Gergely Gulyás announced a few weeks ago: Hungary will not participate in the European Union’s 2022-23 Pfizer vaccine procurement program. This was justified by the fact that Hungary acquired sufficient quantities of vaccines for the complete revaccination of the population, and the Hungarian vaccine factory will start production at the end of 2022 at the latest. Hungary is the only EU member state to be excluded from this procurement.
According to g7.hu, this decision has also attracted great interest because it is the most popular vaccine in Hungary; many travelled half the country for it. The temporary decrease in vaccination program enthusiasm gained momentum again when the vaccine was made available to a broader audience.
At the same time, the amount needed to revaccinate the population is already available entirely. While Hungary’s population is only 2.2 per cent of the EU, the absolute size of the Hungarian vaccine stock is surpassed only by Germany and Italy. In addition, only Malta remains ahead of Hungary in the progress of vaccinations within the EU.
This is only the quantity in Hungarian warehouses. Many million doses are still on their way. The foundational question is how many want to vaccinate themselves. According to Gergely Gulyás, it is possible to reach 6 million at best.
The problem with the vaccination of around 60 per cent is that it is not enough for herd immunity, according to experts. The other problem is that it can not be known when revaccinations will be needed, and much of the EU procurement of Pfizer is aimed at that cause.
What has not been mentioned at all in this context so far, however, is the shelf life on vaccines.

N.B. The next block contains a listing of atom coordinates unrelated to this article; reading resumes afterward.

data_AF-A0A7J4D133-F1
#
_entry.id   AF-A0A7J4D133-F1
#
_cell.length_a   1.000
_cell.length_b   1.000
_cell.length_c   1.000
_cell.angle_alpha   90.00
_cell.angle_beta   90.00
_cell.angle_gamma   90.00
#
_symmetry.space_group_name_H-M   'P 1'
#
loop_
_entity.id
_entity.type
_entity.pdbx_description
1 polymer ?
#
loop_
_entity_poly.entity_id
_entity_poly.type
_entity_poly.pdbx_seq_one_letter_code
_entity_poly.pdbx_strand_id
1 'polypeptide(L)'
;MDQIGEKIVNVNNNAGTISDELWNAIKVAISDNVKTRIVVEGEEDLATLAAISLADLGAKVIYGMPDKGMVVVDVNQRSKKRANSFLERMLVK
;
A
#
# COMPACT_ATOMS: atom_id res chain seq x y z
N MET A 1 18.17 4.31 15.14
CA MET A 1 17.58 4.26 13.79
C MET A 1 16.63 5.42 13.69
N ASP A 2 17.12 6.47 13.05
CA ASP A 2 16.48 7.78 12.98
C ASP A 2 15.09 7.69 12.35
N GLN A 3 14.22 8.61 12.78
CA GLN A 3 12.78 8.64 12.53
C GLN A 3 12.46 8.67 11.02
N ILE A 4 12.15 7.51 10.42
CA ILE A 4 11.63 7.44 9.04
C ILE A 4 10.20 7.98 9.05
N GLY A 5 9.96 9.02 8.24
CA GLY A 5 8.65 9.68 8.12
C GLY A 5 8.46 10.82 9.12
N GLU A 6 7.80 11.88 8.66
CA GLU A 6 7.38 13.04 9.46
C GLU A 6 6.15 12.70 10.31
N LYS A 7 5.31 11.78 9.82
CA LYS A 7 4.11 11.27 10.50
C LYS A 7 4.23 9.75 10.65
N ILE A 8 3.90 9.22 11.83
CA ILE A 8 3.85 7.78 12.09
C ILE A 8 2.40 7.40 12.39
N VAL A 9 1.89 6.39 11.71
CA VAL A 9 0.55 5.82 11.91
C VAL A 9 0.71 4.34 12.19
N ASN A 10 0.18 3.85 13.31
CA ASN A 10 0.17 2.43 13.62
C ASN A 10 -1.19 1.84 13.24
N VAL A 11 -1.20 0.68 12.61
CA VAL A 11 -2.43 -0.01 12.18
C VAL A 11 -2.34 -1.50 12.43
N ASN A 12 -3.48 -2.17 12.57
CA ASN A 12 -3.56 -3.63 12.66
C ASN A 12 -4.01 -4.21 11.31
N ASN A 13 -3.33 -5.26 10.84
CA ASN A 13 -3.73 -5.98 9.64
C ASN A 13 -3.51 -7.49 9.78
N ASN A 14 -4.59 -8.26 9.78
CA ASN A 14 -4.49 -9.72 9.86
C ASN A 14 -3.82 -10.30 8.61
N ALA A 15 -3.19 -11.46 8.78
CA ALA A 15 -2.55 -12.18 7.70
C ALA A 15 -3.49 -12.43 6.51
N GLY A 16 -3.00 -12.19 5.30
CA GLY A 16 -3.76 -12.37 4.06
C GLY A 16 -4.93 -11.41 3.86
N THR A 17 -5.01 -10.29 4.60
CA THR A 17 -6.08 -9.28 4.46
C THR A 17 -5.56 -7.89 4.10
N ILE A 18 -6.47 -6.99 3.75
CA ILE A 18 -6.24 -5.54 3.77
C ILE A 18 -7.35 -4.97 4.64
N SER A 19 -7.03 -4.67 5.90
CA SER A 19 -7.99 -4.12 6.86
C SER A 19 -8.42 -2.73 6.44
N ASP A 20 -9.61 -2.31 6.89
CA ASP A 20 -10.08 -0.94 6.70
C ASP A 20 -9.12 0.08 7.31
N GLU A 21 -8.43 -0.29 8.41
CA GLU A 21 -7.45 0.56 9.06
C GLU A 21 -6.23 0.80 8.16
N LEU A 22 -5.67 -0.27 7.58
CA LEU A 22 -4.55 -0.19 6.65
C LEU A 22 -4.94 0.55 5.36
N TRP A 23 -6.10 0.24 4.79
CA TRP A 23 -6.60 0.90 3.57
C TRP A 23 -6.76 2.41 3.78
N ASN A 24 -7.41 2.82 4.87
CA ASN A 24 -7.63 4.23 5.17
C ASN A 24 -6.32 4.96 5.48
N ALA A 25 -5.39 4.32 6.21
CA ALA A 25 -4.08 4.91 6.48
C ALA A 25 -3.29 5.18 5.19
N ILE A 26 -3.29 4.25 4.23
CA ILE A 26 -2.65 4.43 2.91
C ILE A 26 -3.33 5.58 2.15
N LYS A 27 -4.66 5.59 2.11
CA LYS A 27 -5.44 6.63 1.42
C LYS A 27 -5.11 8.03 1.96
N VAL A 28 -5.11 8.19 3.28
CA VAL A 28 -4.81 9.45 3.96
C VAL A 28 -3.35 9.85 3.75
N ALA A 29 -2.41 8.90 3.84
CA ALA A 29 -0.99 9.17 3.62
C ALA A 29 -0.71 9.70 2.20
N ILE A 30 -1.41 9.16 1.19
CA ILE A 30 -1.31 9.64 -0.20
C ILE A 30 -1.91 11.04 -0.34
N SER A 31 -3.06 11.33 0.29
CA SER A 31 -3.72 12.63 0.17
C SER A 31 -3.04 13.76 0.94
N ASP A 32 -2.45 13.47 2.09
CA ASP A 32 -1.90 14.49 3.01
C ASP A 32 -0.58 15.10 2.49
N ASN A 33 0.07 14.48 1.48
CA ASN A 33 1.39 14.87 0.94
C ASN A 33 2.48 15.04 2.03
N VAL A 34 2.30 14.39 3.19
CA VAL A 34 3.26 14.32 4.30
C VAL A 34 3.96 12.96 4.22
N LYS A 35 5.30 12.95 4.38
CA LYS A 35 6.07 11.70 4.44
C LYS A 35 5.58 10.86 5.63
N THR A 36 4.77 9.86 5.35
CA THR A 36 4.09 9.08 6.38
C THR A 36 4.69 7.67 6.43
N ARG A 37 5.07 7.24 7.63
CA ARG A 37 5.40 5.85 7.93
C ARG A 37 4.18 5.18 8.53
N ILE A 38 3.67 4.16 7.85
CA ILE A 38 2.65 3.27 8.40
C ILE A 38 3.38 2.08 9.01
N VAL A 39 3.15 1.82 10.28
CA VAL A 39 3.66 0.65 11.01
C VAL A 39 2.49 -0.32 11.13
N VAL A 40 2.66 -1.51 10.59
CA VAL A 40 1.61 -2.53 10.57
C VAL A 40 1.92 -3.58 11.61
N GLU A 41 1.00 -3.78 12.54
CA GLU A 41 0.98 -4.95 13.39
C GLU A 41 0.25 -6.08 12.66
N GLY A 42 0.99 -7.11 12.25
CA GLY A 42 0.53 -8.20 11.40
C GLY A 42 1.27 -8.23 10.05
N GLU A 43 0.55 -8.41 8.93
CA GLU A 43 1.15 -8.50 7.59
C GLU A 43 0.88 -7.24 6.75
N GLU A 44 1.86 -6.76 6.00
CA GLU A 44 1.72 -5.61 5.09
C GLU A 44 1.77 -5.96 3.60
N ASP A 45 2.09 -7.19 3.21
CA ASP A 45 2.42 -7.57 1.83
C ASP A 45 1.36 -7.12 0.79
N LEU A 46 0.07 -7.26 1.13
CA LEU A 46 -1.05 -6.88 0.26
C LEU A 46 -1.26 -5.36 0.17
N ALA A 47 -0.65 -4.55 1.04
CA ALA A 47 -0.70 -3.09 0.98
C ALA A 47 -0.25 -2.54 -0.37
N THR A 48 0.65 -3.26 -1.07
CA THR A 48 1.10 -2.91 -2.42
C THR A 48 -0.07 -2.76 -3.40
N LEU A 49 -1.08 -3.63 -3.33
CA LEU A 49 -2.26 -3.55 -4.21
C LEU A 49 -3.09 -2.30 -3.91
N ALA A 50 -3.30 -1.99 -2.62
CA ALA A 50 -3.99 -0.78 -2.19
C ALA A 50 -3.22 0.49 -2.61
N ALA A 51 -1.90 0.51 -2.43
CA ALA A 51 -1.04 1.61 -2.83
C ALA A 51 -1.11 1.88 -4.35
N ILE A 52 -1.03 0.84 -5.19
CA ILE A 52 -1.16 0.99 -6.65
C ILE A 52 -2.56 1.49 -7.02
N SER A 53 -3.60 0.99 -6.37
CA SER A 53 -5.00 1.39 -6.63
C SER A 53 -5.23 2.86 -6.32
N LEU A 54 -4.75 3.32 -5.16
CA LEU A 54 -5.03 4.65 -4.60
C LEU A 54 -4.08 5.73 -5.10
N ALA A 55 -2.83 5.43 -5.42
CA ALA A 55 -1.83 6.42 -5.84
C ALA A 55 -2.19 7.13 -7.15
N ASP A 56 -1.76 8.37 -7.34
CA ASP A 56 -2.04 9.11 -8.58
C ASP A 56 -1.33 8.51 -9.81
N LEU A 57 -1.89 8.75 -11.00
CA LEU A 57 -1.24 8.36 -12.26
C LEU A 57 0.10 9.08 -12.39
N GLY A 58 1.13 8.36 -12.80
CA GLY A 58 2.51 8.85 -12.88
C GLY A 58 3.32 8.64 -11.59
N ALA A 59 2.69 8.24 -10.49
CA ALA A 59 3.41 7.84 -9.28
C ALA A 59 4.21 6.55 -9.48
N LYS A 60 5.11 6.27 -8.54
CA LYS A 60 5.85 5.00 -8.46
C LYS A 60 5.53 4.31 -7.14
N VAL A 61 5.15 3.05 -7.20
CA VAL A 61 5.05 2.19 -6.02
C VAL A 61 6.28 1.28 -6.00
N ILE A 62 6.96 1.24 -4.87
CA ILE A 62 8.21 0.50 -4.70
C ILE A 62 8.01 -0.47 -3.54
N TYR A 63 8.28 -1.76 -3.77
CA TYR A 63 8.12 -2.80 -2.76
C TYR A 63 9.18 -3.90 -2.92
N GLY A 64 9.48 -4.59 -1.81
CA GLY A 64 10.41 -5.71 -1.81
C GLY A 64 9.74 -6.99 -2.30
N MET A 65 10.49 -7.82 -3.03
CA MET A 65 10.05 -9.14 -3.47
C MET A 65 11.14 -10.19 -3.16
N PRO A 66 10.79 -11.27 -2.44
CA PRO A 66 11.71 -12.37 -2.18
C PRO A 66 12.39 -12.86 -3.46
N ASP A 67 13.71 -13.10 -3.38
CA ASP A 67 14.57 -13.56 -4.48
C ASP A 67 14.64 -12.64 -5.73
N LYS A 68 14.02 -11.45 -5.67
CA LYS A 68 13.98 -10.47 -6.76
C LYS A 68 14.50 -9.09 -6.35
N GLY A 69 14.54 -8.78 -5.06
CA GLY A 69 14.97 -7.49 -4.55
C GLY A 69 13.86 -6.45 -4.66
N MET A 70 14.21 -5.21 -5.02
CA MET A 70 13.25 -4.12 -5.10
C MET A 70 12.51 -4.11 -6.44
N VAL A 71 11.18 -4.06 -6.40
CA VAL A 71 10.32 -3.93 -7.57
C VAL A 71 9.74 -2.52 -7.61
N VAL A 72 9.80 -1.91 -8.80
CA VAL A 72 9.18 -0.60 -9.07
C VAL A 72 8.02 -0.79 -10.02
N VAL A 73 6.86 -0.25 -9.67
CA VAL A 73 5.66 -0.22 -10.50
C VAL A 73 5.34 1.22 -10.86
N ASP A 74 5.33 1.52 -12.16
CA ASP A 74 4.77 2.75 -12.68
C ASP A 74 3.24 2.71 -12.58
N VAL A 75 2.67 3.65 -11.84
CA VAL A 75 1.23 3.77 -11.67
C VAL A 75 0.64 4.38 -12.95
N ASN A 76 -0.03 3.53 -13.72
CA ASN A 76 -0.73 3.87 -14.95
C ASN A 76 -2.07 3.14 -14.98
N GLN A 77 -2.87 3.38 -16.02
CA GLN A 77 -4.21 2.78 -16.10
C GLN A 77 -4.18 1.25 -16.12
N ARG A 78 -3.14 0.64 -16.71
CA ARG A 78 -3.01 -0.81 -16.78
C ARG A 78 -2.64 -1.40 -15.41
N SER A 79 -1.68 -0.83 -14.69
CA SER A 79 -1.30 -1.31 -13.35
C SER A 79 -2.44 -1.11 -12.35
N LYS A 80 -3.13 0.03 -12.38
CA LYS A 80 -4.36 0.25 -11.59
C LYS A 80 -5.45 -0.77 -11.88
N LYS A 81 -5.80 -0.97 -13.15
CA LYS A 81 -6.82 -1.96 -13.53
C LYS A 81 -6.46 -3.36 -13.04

There is good and bad news in this regard. Sinopharm and the single-dose Janssen do not expire for two years, while Moderna has a shelf life of seven months from production and Sputnik, Pfizer, and AstraZeneca have only half a year. The last of Moderna and Pfizer are to arrive in the third quarter of this year, so they should be utilised by the first quarter of 2022.
It also undoubtedly plays a role in the fact that the Hungarian government is donating and lending more and more vaccines. In terms of sustainability, the loan is advantageous, as the country will get back vaccines that can be used for longer than the ones it lent.
There are several things that can overshadow this seemingly bright vision.
The virus variants have so far been responsive to the vaccines, so they did not prove to be fundamentally ineffective, except for one: South Africa has not even started using the Astrazeneca vaccine en masse due to its poor performance against the local mutation. It can be seen from this example that the almost inevitable consequences of mutations cannot be predicted.
In addition, the expropriation of vaccines in countries with money and/or production capacity is disrupting the progress. In democracies, it would not have been possible to push the initiative of slowing down the domestic vaccination program due to shipments to poorer countries.
The government says that all vaccines are equally good, and since there is enough in stock, there is no need to spend 120 billion on new purchases. In the case of responsible public finance management, this is, of course, a defensible position, but there are at least two confusing factors in this regard.
One is that the government is not so prudent at all in spending public money to the East in other cases, like Chinese ventilators. The other is the purchase of Sinopharm itself, its price and quantity. Based on the figures presented by Gergely Gulyás (19 million doses, 120 billion forints), it turns out that a dose of Pfizer in 2022-23 would cost a little more than half as much as Sinopharm.
The government argued that it was an economically viable investment and it saved many lives. Concerns about the effectiveness of the Chinese vaccine in the elderly, however, are still worrying.
Bahrain and the Arab Emirates are trying to treat the lack of antibodies with a third vaccine. The need for this was hardly foreseeable, so it is incomprehensible why 5 million doses of the world’s most expensive vaccine had to be ordered.